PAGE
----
# [texworks] Inclusion paths for TeXworks

John F.Hughes jfhext at gmail.com
Wed Jan 30 17:51:46 CET 2013

```Vladimir Lomov <lomov.vl at ...> writes:

>
> Hello,
>
> ** John F. Hughes [2013-01-22 12:41:48 -0500]:
>
> >  Hi.
>
> > I'm trying to set up a standard LaTeX environment for assignments in a
> > class I'm teaching. The directory structure is roughly this:
>
> > asgn:
> >   LATEX
> >        assignment.cls
> >   asgn1:
> >       hw1.tex
> >   asgn2:
> >       hw2.tex
> >   ...
>
> > I'd like the first line of each assignment.tex file to be
>
> > \documentclass{assignment}
>
> > and have TeXworks somehow find the class definition in
> > ../LATEX/assignment.cls
>
> First of all, the problem you try to solve doesn't related to TeXworks,
> but how latex engine finds files.
>
> > I suspect that I either have to do something with environment variables, or
> > some TeXworks startup file that I don't know about, or SOMEthing, but
> > frankly, after some digging around through the documentation, I'm at a
> > loss.
>
> > Any suggestions?
>
> Yes, if you don't like to set up personal TEXMF tree then you have to
> set up environment variable TEXINPUTS. How to set up env. variable on
> Windows depends on version Windows.
>
> > I'd rather NOT put the class file into some miktex-specific location, which
> > seems like the obvious solution: I think of it as associated to the
> > assignments rather than to "doing LaTeX stuff", so it should be in a
> > directory near the assignments.
>
> Why not? It is associated with you, your work not with MiKTeX.

That's true, but more important, the class files is associated with these
documents, which are part of a course which may soon be taught by someone else,
who may need to modify things, etc. So the association of the settings with the
documents is stronger than the association of the settings with ME.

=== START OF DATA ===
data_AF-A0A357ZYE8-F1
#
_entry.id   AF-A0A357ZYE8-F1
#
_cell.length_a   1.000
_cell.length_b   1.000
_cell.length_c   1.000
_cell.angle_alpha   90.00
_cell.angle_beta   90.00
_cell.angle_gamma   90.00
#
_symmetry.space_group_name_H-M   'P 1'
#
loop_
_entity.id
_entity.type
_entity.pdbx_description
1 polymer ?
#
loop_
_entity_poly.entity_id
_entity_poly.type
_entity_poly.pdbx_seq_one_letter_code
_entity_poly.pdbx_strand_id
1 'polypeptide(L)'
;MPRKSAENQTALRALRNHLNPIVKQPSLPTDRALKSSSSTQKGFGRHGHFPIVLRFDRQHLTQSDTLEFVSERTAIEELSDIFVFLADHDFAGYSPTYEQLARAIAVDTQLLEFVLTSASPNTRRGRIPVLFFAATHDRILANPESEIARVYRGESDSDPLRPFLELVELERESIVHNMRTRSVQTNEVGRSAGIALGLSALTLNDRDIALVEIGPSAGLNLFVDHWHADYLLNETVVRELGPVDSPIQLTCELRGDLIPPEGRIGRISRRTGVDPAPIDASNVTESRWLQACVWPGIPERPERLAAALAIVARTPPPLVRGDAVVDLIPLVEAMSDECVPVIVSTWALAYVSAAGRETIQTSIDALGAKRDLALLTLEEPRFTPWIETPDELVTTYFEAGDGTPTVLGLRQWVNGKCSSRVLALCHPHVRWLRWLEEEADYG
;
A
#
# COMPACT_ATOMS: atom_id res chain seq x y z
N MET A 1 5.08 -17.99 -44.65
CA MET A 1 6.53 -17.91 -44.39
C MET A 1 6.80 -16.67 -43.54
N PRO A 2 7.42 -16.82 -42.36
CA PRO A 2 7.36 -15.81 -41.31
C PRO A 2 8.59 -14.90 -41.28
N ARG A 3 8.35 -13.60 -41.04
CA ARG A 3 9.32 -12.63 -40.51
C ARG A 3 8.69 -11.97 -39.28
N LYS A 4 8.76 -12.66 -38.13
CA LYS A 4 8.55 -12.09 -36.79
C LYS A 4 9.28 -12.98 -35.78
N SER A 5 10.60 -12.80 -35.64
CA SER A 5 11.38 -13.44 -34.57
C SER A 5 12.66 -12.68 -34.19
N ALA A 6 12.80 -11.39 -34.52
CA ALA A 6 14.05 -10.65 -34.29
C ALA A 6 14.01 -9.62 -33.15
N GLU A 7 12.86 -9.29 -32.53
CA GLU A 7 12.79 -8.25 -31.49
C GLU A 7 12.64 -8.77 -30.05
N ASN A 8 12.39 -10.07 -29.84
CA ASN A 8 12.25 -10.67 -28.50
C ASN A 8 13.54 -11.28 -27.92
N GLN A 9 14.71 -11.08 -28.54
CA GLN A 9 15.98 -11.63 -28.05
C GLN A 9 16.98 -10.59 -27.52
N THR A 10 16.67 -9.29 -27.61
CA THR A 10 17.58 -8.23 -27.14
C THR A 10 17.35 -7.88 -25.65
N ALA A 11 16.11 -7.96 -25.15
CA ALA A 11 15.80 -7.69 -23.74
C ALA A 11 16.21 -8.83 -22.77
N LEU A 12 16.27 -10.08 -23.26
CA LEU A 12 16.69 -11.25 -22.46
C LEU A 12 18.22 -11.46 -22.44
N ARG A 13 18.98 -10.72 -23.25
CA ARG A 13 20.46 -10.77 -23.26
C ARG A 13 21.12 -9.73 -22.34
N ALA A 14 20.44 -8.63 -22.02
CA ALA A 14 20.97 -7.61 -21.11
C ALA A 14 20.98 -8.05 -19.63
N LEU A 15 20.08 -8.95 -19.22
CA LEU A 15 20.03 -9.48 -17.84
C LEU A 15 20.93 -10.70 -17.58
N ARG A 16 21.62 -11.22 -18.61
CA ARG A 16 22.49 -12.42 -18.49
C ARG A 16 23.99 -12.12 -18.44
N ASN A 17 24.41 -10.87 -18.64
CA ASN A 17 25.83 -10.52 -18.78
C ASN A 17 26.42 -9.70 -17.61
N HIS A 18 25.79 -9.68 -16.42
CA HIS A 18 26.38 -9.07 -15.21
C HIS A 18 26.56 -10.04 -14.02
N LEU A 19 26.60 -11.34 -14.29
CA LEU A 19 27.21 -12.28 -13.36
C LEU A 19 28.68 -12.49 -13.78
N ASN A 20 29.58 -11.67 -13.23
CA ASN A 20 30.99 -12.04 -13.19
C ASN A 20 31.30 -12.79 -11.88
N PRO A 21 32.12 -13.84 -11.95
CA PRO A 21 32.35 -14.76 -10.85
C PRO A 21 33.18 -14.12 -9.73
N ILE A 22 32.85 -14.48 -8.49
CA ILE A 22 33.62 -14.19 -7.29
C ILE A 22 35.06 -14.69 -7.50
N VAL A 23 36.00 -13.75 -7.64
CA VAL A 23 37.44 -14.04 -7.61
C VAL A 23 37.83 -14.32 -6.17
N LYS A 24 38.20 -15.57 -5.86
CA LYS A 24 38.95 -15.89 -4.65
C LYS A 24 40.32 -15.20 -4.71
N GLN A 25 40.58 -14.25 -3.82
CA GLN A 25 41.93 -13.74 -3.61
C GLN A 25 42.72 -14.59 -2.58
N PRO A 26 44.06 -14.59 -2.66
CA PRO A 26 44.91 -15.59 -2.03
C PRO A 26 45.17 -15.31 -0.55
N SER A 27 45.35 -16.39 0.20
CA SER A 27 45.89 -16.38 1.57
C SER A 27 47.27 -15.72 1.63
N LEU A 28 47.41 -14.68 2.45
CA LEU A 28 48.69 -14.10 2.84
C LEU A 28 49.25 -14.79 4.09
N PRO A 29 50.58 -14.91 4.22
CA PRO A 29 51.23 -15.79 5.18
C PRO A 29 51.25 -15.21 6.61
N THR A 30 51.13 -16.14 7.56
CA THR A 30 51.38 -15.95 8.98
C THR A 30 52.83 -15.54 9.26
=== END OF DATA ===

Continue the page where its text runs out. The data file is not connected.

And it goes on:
Thanks for the detailed answer below. I found, with more searching, that I'd
asked almost the same question (about a multi-author book) a year ago, and you'd
given a corresponding answer; I'm sorry I didn't find it before re-asking.

I *did* find settings that work for me in this instance, and I'll once again
record them for others who might find this useful.

Under File...

for pdfLaTeX+MakeIndex+BibTeX, the settings are

program: texify.tex
arguments:
--pdf
--text-option=-synctex-1
\$fullname
--tex-option=-include-directory="..\LATEX"
--tex-option=-include-directory=".\LATEX"

The first of the "include-directory" paths is useful for my current situation,
with the LATEX directory one level up; the second is useful in the book-
generating situation I mentioned, where the LATEX directory is in the same
directory as the master file for the book.

My impression, after some experimentation, is that on Windows the double-quotes
may be necessary even if the path contains no spaces.

--John

> There is
> such thing as 'personal' TEXMF tree. You can put your files there and
> any latex engine (latex, pdflatex, xelatex, lualatex) can find them.
> See
>
> For example, create directory (tree)
> %USERPROFILE%/texmf/tex/latex/jhughes
> and add it as "User-Managed TEXMF Directory" (MiKTeX term). Put there
> your LaTeX files, e.g. 'assignment.cls'.
>
> %USERPROFILE% on Windows plays the same role as \$HOME on Linux. Run it
> terminal (Command Prompt)
> echo %USERPROFILE%
> to find out that is your '%USERPROFILE%'.
>
> > On Linux, I'd do something with TEXINPUTS, as I recall, but on windows...I
> > have no idea.
>